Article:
We found the perfect town, Aix-en-Provence, about 1 hour north of Marseilles. Time to expand our culinary skills. Also we planned to catch up with friends, Grant and Katya, who are now living in Grenoble. They'd visited Aix before and it took very little persuasion to convince them to come down to meet us.

This town is renowned for its produce, cuisine and a touch of Paris, often referred to as the 21st district of Paris, although Parisians are definitely considered foreigners by the proud locals. Its a 2000 year old town, settled by the Romans during conquests East. "Aix" means water and this town has a number of (still operational) roman baths and hot springs so it was the perfect spot to establish an outpost for the Roman Legions to stop and replenish before continuing their marauding.

The town lives only for the seasons and seasonal produce. They shop every day for what they need and what you see in the markets and restaurants is only in what is season. Its a nice way to live, they don't expect produce out of season and plan a menu around what is in season, guaranteeing freshness and food at its best which, as we are reminded, in order to get produce out of season, it is often picked green for durability during transportation, held in cold storage and artificially ripened, compromising flavour, vitamins and all the good stuff.

Aix has a reputation for great restaurants with high quality food and is a hub for Cooking Classes.

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The town is also famous for a special sweet candy almond shaped biscuit called Calissons, translated means cuddles. It was developed in the 15th century by the royal kitchens as a wedding present from the last Baron of Provence, King Rene of Anjou, to his young bride and the town to celebrate their wedding (the King's second). Today, Calissons are proudly sold in Aix and we understand that once a year there is a festival where there is a blind tasting of makers to determine who makes the best. The right to make Calissons is also regulated and only certified bakeries are licensed to make them.

Provence is a dry weather region so no green pastures for grazing cows. With terrain more suited to sheep and goats, it has become famous for its sheep and goat cheese as well as wines, particularly, Rośe.

Our Provençal Education kicks off with a full day cooking class with Giles. The day begins with a tour to the local market which has been operating in the same square for decades where Giles explains a lot about the produce and the producers and buys our ingredients.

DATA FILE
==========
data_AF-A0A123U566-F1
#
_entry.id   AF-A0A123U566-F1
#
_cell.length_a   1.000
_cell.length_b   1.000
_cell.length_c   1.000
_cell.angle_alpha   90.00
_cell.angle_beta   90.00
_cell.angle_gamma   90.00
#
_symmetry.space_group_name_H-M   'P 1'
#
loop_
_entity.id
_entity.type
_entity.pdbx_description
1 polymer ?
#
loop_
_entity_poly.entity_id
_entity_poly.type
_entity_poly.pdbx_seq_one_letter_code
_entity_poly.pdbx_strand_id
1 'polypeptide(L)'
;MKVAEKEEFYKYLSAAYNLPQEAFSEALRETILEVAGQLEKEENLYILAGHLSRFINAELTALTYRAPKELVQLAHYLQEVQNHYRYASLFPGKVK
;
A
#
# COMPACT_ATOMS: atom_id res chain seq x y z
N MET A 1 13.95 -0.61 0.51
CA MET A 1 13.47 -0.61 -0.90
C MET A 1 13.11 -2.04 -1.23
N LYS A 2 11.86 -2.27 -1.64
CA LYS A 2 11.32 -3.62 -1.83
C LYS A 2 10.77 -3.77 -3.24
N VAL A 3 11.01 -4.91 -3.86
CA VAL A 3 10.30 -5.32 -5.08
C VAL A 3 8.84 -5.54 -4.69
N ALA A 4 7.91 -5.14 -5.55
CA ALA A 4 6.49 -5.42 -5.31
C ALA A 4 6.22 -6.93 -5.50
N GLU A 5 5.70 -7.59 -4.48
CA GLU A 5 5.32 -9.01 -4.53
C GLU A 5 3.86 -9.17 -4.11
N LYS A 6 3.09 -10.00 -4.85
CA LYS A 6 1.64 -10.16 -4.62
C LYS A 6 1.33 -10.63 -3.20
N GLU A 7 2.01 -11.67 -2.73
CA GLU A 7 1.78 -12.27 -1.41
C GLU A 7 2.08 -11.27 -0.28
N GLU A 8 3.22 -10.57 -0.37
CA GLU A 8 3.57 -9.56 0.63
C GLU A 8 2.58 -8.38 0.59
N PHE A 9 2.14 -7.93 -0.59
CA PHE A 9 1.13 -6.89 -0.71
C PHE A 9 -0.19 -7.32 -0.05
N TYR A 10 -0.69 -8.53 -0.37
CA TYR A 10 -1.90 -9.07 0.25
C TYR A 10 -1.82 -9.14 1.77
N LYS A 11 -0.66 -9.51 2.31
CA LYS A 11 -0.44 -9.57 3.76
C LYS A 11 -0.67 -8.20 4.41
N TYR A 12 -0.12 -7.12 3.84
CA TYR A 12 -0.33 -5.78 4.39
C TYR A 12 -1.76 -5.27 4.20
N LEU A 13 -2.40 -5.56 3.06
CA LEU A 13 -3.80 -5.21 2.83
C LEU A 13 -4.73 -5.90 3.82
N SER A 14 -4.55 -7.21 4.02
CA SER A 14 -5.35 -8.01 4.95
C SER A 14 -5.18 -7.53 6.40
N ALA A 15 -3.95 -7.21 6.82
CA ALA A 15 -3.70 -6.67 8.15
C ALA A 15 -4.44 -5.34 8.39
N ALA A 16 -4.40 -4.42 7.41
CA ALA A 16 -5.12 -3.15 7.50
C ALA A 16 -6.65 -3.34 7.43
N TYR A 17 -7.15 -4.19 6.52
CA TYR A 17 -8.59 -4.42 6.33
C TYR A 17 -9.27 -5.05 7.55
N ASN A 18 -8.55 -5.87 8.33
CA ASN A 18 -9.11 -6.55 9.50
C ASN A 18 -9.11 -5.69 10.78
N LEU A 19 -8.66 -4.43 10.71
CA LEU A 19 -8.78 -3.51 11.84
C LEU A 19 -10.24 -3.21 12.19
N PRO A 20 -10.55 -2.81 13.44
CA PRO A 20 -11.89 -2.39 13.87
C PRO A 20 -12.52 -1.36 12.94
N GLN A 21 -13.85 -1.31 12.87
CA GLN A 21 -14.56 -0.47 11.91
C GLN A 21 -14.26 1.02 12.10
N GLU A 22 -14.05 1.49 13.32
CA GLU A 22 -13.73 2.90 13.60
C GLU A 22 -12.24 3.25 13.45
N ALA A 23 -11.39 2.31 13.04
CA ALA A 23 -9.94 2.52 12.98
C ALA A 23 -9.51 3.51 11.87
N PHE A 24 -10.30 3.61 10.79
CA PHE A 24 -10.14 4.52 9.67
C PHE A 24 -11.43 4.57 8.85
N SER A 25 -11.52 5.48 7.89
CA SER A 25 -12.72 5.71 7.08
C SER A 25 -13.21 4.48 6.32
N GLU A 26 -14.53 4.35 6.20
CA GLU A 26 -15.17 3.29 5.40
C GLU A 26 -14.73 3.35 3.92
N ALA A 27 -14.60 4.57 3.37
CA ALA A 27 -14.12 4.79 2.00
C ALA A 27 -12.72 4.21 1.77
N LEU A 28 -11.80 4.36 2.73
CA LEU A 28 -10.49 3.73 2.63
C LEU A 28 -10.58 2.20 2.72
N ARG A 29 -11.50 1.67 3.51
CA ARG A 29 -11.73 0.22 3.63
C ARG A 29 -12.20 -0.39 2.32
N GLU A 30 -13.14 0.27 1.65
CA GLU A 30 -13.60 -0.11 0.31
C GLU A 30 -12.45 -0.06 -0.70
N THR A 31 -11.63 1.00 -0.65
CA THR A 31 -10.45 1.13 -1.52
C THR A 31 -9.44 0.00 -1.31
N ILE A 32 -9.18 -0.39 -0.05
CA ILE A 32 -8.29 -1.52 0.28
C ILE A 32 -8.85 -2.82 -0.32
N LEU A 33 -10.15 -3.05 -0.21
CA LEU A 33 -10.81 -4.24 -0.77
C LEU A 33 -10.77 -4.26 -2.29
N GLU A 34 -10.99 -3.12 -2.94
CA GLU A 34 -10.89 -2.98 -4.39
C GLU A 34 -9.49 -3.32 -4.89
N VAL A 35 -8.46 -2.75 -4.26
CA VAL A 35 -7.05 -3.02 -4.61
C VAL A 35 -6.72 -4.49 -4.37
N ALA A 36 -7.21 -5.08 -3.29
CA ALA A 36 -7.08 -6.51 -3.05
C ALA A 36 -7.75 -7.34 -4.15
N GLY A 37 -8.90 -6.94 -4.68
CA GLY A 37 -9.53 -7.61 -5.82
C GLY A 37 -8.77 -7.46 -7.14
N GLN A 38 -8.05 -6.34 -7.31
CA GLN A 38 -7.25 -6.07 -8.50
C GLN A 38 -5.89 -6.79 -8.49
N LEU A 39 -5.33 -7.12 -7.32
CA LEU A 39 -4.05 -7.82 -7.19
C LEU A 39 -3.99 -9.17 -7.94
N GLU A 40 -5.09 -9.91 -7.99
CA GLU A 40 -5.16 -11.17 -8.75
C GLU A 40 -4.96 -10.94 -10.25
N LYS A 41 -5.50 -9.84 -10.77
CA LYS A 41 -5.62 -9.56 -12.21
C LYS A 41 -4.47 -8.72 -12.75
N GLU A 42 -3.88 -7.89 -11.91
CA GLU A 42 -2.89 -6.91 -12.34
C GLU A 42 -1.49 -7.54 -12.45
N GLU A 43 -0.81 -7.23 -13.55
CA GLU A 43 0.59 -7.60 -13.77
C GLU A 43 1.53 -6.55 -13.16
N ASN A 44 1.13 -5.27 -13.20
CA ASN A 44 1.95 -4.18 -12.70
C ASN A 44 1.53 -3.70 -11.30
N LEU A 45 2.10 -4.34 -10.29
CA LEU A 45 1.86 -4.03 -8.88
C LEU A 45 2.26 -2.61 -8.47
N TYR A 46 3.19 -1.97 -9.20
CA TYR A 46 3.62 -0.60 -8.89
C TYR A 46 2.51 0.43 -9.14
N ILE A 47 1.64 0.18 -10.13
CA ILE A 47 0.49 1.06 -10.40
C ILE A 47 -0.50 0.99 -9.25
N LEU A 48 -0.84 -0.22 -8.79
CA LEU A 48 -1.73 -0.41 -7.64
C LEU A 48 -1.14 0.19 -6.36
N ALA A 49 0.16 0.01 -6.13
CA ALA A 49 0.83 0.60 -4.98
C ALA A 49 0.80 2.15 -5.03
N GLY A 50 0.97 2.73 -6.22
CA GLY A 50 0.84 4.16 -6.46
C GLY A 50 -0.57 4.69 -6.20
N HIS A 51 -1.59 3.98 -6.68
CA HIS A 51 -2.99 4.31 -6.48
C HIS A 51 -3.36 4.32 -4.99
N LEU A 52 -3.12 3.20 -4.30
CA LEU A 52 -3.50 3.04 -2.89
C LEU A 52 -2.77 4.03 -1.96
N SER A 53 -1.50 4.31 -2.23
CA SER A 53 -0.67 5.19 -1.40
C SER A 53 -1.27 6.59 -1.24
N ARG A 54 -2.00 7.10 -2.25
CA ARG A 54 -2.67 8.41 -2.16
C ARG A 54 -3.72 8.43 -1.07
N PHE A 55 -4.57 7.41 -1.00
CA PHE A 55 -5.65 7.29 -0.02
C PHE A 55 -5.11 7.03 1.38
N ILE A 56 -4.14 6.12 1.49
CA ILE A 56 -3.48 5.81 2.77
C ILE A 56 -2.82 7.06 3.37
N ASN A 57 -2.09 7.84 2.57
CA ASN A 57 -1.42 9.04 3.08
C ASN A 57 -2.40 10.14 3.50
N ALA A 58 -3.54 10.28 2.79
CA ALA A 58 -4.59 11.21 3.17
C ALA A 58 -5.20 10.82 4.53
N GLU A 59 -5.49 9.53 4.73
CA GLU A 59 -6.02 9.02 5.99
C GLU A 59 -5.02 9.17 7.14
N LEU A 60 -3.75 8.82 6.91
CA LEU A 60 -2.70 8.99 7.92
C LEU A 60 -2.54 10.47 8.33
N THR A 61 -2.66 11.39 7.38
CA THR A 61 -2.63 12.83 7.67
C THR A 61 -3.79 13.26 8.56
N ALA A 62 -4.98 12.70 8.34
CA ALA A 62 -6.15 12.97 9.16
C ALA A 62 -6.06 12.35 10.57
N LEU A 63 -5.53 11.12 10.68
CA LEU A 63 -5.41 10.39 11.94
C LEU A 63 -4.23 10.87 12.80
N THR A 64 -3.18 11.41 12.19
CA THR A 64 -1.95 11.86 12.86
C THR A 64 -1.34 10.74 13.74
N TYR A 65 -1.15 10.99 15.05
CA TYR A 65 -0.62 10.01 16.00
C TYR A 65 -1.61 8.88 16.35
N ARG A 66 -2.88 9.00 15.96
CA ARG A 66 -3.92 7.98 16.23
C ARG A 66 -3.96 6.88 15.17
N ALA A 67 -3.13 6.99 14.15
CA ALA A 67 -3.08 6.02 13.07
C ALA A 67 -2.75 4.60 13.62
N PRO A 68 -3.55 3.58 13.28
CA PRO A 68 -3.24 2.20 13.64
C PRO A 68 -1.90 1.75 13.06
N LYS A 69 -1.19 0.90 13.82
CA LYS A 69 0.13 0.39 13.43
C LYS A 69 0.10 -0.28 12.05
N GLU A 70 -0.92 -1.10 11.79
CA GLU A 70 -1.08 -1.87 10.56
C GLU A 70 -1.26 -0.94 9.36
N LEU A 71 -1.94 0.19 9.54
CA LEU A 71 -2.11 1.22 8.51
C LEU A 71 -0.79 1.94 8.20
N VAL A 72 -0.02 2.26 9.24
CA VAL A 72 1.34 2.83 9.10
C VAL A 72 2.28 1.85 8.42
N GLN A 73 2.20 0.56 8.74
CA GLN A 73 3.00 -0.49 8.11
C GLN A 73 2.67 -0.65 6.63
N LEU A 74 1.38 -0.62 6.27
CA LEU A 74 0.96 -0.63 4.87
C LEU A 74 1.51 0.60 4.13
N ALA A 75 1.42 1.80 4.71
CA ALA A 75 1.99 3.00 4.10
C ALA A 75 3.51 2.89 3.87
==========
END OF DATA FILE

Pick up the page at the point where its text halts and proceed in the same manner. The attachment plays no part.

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The market was full of the atmosphere, aromas, colour and freshness we were hoping for. This lady is an icon of the market, selling her own produce, picked late the evening before, or very early each morning to be on display hours later.
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We were dazzled with the variety of produce we just don't see in Oz. Heritage Tomatoes that are glorious
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and we fell in love with Peche Plates a type of flat peach, that is sweet with beautiful crunchy juicy texture, perfectly engineered for easy eating as we wandered the market...
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...in addition to learning about and sampling the local olives (green through black), dried fruits, honey (including lavender and other flavours) and other delicious products offered by the stall holders. Jen could not stop swooning over the intoxicating aromas from the fresh bread, cheese, olives, herbs and cured meats.
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We knew straight away the food we were about to cook would be a taste sensation. Jen and I could not get enough of this market - visiting it many times throughout our days in Aix.

Next stop was to an exclusive vineyard, Château Simone, famous for its Rośe.

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Located four kilometres from Aix, originally it was the bastide of the Grands Carmes d'Aix Monks, but has been in the hands of the intensely private Rougier family since 1830. Old documents bear witness to the fact that vines have been cultivated here from time immemorial. They normally don't allow visitors so the opportunity to visit this most private family vineyard was unique. From the beautifully cool cellar with barrels about 20 years old, tasting room and gardens all oozed history, everything about French culture and a sense of refined serenity and peacefulness.